Table II depicts the topography and ‘T’ status of the lesions. Stomal recurrence occurred in 5 out f 71 laryngectomies done at our department giving a frequency of 7%. The diagnosis of stomal recurrence was established histopathologically in all the patients by wedge resection biopsy around the stoma under local anaesthesia. Topographi­cally, patients had tmnsglouic lesions and two supraglottic carcinoma. Regional nodal metastasis were absent in 4 cases at the time of pnmaiy surgezy while one patient had Ni lesion where radical neck dissection was also performed.

Table III shows the time of stomal recurrence. Earliest recurrence was after 5 weeks of primary surgery. The longest time interval between the primaiy surgery and the stoma! recurrence was 36 months. Nodal relapse alongwith stoma! recurrence occurred in 4 out of 5 cases. In one case where the radical neck dissection of ipsilateral side was combined with primaiy surgeiy, nodal recurrence presented on the contralat­eral side, Normal chest radiography in all these cases and absence of any clinical suspicion of distant metastasis prompted against any further investigative search. Before laryngectomy, tracheostomy for the relief of airway obstruc­tion was performed in all five patients.
Chemotherapy was given to four cases and one had radiotherapy. All cases expired with maximum survival of 8 months. The probable cause of death in four patients was respiratory failure due to the mechanical blockade secondary to large and expansile nature of the growth One patient expired due to severe bleeding as a result of erosion of a neck vessel by the growth.


Seven percent stomal recurrence in this series is within the reported range of 5-15%1. The mean length of survival after stomal recurrence in the present series was 5 months which is less than 9 months reported in another study4. The average time from the total laiyngectomy to stoma! recurrence varied from 5 weeks to 36 months (average 19 months) which is longerthan 9.7 months reported man Asian study5.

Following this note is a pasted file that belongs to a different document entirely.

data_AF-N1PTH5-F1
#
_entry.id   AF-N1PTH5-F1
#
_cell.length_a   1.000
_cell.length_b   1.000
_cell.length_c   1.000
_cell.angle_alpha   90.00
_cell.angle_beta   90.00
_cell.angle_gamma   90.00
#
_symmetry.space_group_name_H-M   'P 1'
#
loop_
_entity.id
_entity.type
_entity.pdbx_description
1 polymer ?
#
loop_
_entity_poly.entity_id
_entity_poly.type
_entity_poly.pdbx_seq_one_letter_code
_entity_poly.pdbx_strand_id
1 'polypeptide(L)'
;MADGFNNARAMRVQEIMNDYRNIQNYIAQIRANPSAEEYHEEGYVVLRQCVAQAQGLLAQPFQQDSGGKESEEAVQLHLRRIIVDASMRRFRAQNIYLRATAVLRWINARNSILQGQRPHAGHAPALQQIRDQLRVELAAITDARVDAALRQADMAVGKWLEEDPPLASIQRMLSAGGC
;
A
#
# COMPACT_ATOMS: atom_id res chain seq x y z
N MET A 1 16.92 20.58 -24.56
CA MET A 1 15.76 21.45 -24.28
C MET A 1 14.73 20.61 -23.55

The exact aetiology of stomal recurrence after laryngec­tomy is still not clear, It may be due to the tumour implantation in the tracheostomy track or a nodal metastasis in the paratracheal lymph nodes. It is generally agreed that when stomal recurrence is present, the prognosis is poor6. Most investigators believe that the stomal recurrence is due to the metastasis in the paratracheal lymph nodes4,5,7-9. The in­volvement ofsub-glottic region is the most important factor in the stomal recurrence4,5.
The dismal prognosis of stomal recurrence suggest that the management of this lethal complication should focus on prevention. Clearance of the paràtracheal lymph nodes and the tissues in the tracheo-oesophageal groove should be done alongwith primaiy surgeiy in selected cases. These include patients with vezy aggressive disease, with sub-glottic exten­sion, withcervical nodal metastasis and where apre- operative tracheostomy has been performed for airway relief. These precautions were not strictly followed in our earlier cases due to lack of awareness about this problem. The frequency of stomal recurrence is higherin patients where the pre-operative emergency traccheostomy has been performed for the airway relief10-12 , so it should, therefore, be avoided. In this series all patients with stomal recurrence underwent pre-operative emergency tracheostomy. In our setup there is no other alternative to life saving tracheostomy in patients reporting with impending respiratory failure due to advanced disease.